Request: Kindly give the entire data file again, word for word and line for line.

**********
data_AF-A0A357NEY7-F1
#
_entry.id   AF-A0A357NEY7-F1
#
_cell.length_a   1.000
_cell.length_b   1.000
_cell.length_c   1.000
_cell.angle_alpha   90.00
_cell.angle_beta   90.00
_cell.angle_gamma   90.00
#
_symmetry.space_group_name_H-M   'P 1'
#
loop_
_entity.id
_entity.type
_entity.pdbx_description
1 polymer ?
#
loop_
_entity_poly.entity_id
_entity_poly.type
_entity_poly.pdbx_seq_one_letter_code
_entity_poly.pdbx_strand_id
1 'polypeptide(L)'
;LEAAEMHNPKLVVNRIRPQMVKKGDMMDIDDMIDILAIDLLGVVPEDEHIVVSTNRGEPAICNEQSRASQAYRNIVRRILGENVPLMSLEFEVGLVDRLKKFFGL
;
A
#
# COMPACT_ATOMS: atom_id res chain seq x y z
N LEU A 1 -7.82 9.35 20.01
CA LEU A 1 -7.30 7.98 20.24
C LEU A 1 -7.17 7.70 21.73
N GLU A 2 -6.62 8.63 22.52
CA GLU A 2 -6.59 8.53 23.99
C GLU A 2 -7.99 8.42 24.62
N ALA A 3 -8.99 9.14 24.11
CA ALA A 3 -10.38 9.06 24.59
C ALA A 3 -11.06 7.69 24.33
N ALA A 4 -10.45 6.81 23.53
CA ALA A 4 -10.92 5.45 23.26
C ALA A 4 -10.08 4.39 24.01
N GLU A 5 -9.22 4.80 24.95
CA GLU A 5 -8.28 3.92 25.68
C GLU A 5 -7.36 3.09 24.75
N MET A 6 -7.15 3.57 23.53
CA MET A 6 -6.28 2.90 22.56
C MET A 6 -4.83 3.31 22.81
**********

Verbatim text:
data_AF-A0A357NEY7-F1
#
_entry.id   AF-A0A357NEY7-F1
#
_cell.length_a   1.000
_cell.length_b   1.000
_cell.length_c   1.000
_cell.angle_alpha   90.00
_cell.angle_beta   90.00
_cell.angle_gamma   90.00
#
_symmetry.space_group_name_H-M   'P 1'
#
loop_
_entity.id
_entity.type
_entity.pdbx_description
1 polymer ?
#
loop_
_entity_poly.entity_id
_entity_poly.type
_entity_poly.pdbx_seq_one_letter_code
_entity_poly.pdbx_strand_id
1 'polypeptide(L)'
;LEAAEMHNPKLVVNRIRPQMVKKGDMMDIDDMIDILAIDLLGVVPEDEHIVVSTNRGEPAICNEQSRASQAYRNIVRRILGENVPLMSLEFEVGLVDRLKKFFGL
;
A
#
# COMPACT_ATOMS: atom_id res chain seq x y z
N LEU A 1 -7.82 9.35 20.01
CA LEU A 1 -7.30 7.98 20.24
C LEU A 1 -7.17 7.70 21.73
N GLU A 2 -6.62 8.63 22.52
CA GLU A 2 -6.59 8.53 23.99
C GLU A 2 -7.99 8.42 24.62
N ALA A 3 -8.99 9.14 24.11
CA ALA A 3 -10.38 9.06 24.59
C ALA A 3 -11.06 7.69 24.33
N ALA A 4 -10.45 6.81 23.53
CA ALA A 4 -10.92 5.45 23.26
C ALA A 4 -10.08 4.39 24.01
N GLU A 5 -9.22 4.80 24.95
CA GLU A 5 -8.28 3.92 25.68
C GLU A 5 -7.36 3.09 24.75
N MET A 6 -7.15 3.57 23.53
CA MET A 6 -6.28 2.90 22.56
C MET A 6 -4.83 3.31 22.81